The new small and beautiful projects are also expected to greatly impact the lives of the people. These include schools, hospitals and water projects. While they may not have huge financial outlays or even returns like roads and bridges, these small and beautiful projects will enhance the people’s quality of life. This will lead to an increase in their productivity.
In Trinidad and Tobago, for instance, the China Railway Construction and Corporation (CRCC) built the Arima General Hospital from June 2015 to March 2020. Termed as the new medical “Noah’s Ark” from China by writer Hu Yifeng, the hospital was critical in managing the COVID-19 pandemic in Trinidad and Tobago and provided a plan for local prevention and control against the pandemic. CRCC provides one-stop services including architectural design, construction, procurement of equipment, installation, commissioning, training and hospital maintenance under a USD 240 million contract.
In a second example, the China-aided Mauritania Animal Husbandry Technology Demonstration Center was built by Ningxia Jinfulai Sheet Industry Company. The demonstration center has been transformed into an oasis in the Sahara Desert through Chinese technical support.
In Egypt, the National Aquaculture Industrial Park was planned, designed and built by Guangdong Hengxing Group. Officially opened on November 18, 2017, the project involves seedling breeding, feed production and, pond and industrialized aquaculture.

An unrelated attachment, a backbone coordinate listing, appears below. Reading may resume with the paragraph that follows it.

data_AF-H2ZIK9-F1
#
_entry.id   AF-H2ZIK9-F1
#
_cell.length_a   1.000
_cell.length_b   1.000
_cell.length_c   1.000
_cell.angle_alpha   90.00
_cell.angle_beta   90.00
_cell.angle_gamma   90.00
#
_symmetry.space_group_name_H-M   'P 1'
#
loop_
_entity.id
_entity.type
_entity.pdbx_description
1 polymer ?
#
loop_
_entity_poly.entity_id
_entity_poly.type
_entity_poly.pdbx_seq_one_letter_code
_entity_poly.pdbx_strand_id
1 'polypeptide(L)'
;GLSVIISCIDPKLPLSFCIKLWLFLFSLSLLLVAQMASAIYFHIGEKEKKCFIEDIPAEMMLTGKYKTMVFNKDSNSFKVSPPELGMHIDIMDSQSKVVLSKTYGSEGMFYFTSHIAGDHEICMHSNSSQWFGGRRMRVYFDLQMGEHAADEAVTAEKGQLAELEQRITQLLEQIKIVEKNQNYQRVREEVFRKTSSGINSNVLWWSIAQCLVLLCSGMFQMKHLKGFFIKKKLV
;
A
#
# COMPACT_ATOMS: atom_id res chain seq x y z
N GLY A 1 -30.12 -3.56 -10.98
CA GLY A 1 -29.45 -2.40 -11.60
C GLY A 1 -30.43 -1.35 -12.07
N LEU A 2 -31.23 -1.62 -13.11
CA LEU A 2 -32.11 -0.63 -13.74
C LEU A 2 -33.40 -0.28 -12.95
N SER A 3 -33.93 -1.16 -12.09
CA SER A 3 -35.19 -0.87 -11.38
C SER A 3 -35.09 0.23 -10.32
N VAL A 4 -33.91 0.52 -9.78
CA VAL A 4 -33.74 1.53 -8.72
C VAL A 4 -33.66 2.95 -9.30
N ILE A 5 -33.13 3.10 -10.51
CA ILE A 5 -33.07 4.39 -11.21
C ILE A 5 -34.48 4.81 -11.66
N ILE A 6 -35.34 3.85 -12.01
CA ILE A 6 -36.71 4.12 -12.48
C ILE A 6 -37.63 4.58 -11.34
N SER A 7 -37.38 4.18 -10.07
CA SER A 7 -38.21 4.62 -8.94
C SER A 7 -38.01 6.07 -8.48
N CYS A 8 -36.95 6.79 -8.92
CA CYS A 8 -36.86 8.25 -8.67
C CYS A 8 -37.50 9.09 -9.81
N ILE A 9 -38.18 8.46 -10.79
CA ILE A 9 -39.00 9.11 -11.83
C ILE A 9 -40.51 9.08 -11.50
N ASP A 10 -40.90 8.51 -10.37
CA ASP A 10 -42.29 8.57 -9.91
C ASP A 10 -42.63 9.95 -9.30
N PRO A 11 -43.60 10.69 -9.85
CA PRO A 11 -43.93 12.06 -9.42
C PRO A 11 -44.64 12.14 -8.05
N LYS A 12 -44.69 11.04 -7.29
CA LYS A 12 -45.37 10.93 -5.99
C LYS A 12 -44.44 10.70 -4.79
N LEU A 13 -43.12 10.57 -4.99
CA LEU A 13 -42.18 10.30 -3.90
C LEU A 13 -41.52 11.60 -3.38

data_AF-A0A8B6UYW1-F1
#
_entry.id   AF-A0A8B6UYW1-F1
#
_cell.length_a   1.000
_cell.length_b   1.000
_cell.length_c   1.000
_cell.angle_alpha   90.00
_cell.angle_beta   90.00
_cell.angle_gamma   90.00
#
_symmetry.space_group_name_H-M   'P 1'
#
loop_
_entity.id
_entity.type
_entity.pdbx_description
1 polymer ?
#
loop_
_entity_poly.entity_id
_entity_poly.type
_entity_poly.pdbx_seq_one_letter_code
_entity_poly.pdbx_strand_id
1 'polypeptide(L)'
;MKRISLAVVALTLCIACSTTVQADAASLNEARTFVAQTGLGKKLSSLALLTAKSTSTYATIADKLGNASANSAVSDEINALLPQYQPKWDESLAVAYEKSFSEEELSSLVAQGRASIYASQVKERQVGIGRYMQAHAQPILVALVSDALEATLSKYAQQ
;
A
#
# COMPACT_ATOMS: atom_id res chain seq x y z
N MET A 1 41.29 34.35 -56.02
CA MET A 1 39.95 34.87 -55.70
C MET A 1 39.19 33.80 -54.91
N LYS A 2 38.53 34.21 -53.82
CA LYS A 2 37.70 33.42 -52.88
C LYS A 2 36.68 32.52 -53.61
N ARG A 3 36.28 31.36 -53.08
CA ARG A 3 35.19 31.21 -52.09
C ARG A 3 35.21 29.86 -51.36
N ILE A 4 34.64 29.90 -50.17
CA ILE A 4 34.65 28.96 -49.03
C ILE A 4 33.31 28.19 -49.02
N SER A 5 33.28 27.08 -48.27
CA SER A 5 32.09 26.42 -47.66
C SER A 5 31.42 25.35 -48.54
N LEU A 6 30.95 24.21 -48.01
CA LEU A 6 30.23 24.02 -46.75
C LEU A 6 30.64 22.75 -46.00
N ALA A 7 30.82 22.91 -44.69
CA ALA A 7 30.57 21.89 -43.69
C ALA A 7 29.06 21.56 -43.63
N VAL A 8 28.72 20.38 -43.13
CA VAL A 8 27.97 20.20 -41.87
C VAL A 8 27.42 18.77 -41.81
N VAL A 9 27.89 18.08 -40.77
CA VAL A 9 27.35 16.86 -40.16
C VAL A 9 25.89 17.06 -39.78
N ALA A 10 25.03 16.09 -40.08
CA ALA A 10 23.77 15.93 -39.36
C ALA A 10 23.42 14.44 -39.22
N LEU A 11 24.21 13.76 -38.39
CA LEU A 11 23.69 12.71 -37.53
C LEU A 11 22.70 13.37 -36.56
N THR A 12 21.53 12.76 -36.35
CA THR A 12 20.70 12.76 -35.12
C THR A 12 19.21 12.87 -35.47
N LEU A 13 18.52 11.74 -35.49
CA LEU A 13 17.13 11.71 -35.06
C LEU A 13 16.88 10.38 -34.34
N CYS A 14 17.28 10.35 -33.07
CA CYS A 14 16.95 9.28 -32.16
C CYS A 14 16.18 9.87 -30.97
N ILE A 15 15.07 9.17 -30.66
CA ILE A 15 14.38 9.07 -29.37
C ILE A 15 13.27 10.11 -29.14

DHS was founded in 1998 by entrepreneurs from the Ningxia Hui Autonomous Region in northwest China. They benefited from the city of Petrosani’s favorable policies in Hunedoara County, western Romania, which granted investors exemption from import duties on equipment, raw materials, and parts. When the company formally began production in 1999, its annual output was more than 10,000 bikes.
The BRI is based on comprehensive consultation, collaborative effort, and mutual benefit. It also improves policy consultation, trade promotion, infrastructural connectivity, financial cooperation, and interpersonal exchanges. It focuses on combining the Belt and Road countries’ development strategies and complementing advantages, creating a multiplier effect.
The joint efforts made by China and countries involved to push forward the Belt and Road Initiative are based on market rules and international norms. Every project is the result of equal consultation. China, along with other 26 countries has jointly formulated the Guiding Principles on Financing the Development of the BRI. The Guiding Principles advocate a transparent, friendly, non-discriminatory and predictable financing environment and ensure sustainable economic and social development.
Debt sustainability is also taken into account when mobilizing finance. Based on these principles, China has helped many developing countries break their capital bottleneck by financing and investment cooperation. Our partner-countries and their people are best qualified to evaluate the cooperative effects.